4 week old colt doesn't look like he is going to make it: seeking tips/advice - Page 12 - The Horse Forum

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post #111 of 115 Old 06-05-2012, 09:10 PM
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Originally Posted by tealamutt View Post
Faye, I am not here to start a fight and I want no part of this original thread but you are very mis-informed as far as equine vets salaries go. Perhaps I am misreading your post, but it seems that you think equine vets make a lot of money. If I am wrong then please forgive the following diatribe.
Remember Faye is talking about the UK, don't know if the situation is different on each side of the Atlantic.

We may not have the best vets in the world out in my rural neck of the prairies, but at least they work together for the good of the patient.

Rang my number 1 vet on a Saturday am to ask for an attend for Ace, got told he was tied up on a farm emergency and wouldn't be free for up tp 4 hours. His wife checked that I had the number of number 2 vet available, and would of supplied it if it wasn't already on my phone.

I wanted a mare ultra sounded for pregnancy, vet 1 only does palps, so he sent me to Vet #3.

They work together, cover holiday, sickness etc. All in all given the fact that there is such a small population, given the fact that a lot of people wouldn't call the vet for their recreational animal, we are not to badly off
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post #112 of 115 Old 06-05-2012, 09:49 PM
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Yes I am in the UK. Vets over here are trained differently to the ones over there in that they do all animals first and then specialise later. So my equine vet is fully capable if not more so of diagnosing a dog as a small animal vet is of diagnosing a horse. He did the same course after all, however my equine vet then went on to specialise further.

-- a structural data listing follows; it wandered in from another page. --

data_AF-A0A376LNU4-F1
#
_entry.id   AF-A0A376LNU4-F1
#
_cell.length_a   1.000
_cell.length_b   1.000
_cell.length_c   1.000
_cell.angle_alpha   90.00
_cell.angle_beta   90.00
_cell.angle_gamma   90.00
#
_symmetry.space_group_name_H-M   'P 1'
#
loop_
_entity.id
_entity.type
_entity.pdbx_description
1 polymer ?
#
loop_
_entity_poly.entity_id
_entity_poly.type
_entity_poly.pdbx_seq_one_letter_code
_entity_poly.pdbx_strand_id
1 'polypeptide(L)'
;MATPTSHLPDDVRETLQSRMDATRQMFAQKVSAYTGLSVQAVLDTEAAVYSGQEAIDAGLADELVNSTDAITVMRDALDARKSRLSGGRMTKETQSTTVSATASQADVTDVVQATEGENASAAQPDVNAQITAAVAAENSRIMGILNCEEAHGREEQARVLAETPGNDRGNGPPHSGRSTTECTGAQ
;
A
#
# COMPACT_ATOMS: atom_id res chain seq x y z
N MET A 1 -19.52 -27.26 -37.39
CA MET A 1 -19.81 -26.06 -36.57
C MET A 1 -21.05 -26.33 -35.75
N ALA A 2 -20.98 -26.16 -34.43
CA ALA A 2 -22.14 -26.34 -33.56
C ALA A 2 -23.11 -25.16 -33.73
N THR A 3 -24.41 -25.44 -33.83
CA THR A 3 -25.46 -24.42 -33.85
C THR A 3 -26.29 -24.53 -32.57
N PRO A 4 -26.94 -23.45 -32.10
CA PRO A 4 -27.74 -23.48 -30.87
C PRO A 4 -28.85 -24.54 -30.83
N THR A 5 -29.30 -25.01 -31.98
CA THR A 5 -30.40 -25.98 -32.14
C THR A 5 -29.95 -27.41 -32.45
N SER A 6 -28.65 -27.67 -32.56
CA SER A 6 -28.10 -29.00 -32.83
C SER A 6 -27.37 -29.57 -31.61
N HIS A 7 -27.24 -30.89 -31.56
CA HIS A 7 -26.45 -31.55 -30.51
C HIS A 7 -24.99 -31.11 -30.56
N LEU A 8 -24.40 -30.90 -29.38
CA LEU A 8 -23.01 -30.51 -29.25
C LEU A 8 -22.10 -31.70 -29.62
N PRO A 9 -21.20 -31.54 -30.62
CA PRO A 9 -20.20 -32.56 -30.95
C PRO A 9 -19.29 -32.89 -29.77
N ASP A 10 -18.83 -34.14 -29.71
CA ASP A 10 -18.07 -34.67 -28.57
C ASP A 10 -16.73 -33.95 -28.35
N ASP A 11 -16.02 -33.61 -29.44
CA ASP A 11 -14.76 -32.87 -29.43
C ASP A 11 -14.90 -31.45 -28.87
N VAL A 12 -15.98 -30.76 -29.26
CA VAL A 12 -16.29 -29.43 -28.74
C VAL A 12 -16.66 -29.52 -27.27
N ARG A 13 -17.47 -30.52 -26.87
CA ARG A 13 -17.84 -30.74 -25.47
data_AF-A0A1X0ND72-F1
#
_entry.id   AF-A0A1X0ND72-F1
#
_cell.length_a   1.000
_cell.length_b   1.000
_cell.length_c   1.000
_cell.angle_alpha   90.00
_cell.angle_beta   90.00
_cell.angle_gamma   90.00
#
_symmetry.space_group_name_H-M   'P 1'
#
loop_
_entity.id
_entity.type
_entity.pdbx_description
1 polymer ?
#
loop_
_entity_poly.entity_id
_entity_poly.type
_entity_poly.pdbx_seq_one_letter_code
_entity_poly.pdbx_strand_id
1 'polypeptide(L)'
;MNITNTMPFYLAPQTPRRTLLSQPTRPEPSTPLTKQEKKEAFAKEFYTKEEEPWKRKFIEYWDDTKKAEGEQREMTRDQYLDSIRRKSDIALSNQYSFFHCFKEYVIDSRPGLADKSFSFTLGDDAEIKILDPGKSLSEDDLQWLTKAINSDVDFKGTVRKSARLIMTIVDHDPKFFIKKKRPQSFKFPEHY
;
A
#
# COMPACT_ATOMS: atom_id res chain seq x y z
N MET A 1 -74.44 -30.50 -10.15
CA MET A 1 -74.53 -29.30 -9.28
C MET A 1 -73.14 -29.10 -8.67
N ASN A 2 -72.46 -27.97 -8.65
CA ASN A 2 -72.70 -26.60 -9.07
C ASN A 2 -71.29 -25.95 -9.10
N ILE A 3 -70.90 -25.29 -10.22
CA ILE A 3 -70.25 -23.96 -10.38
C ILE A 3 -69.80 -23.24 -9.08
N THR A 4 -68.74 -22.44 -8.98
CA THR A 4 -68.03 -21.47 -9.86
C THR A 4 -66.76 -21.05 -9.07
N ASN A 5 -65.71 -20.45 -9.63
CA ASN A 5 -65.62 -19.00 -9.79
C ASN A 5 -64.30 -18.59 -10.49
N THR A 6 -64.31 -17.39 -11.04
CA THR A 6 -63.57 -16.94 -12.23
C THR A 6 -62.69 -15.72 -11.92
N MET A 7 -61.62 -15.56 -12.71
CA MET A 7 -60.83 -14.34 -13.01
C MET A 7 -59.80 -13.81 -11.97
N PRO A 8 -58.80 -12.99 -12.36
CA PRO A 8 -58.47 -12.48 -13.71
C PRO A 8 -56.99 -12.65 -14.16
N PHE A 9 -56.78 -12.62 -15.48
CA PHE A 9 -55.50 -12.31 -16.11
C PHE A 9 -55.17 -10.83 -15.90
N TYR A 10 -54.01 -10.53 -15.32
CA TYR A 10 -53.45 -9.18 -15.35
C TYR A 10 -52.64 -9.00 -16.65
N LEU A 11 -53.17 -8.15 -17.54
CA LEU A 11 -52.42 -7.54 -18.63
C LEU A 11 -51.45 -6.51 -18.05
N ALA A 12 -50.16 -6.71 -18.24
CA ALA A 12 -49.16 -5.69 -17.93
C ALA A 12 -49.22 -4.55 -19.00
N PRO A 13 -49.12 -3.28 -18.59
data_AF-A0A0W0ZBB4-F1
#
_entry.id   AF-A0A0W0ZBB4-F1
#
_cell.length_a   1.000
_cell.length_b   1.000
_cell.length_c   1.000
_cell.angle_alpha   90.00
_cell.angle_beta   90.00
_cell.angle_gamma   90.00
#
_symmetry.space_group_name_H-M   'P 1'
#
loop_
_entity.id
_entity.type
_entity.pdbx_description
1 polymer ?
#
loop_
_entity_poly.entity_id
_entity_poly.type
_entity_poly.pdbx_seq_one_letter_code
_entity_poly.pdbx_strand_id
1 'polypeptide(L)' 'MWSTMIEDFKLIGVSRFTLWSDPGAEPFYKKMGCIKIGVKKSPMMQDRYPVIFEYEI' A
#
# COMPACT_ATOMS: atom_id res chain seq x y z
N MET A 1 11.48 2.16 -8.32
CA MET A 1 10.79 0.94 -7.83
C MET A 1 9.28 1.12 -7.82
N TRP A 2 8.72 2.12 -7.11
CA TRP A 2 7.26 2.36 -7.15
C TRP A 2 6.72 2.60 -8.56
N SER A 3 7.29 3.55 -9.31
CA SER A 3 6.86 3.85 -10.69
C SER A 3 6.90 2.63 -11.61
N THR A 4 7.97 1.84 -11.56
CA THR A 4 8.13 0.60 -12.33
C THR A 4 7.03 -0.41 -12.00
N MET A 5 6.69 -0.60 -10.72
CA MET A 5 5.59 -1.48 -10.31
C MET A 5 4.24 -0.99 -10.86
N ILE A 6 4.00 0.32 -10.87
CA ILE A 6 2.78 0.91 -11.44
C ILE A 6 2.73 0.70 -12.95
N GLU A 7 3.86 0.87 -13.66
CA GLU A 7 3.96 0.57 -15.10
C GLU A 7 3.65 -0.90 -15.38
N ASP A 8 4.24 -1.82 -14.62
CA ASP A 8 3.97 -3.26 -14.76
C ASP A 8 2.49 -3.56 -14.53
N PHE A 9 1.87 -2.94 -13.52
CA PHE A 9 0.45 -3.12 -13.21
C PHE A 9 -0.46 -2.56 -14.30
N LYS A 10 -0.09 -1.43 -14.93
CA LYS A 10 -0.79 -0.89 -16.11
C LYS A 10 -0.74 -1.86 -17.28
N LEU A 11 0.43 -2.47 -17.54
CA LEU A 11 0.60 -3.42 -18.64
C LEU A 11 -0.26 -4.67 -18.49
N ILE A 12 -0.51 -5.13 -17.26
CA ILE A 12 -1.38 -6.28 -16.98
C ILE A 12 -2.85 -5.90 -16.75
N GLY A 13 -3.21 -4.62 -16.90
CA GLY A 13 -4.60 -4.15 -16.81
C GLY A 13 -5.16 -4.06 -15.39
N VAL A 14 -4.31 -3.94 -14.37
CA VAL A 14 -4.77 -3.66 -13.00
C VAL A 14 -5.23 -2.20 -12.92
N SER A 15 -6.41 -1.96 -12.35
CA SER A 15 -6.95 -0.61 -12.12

You call a small animal vet here and they will come out in an emergency to a horse, they may not be as good as the equine vet but they are reasonable in an emergency situation.


University fees over here are less then half that in the states and the loans we take out are from the government (paid back at the rate of 9% of any earnings over £15k with intrest charged at the rate of inflation)

I've worked on beef and dairy farms over here, generaly there are no "cattle" vets, they are either large animal vets (do horses, cattle and basicly any farm animal, sometimes do exotics at local zoos as well) or equine vets who will go out to cattle. The few practices that used to be only farm animal have had to branch out into equine just to keep themselves afloat, where as my equine vets are making an absolute mint.

Cattle farmers are very very concious of the value of thier animals and insurance will only cover so much for them so once the cost of treatment exceeds a certain %age of the animals value then they would rather shoot the animal and lose that amount of money rather then a larger amount for treatment and still loose the value of the animal (bare in mind that no drugs can have been administered to an animal intended for slaughter within XX time frame of slaughter and human consumption over here, I believe it is a year and certain drugs mean no human consumpton EVER! And conciquently no value to the animal)

I do know average salaries over this side of the pond as I did concider going into vet medicine myself, (decided to go for engineering instead) and equine vets were by far the better paid, had the better conditions and the better perks.
Heck over here an equine vet can make £100 just by sticking a measuring stick on your horse and filling in a few forms to say what height he "officialy" measures at. No fancy equipment needed, just a calibrated measuring stick (about £40, and £10 a year for official calibration) and a flat level marked out concrete area to stand the horse on.
The Vet who measured Reeco last year measured 5 horses in an hour!

The big equine hospitals all either have huge corporate sponsors, are part of a university or attached to a racecourse (and hence funded by racing).

RIDE your horse FORWARDS and keep him STRAIGHT

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post #113 of 115 Old 06-05-2012, 10:58 PM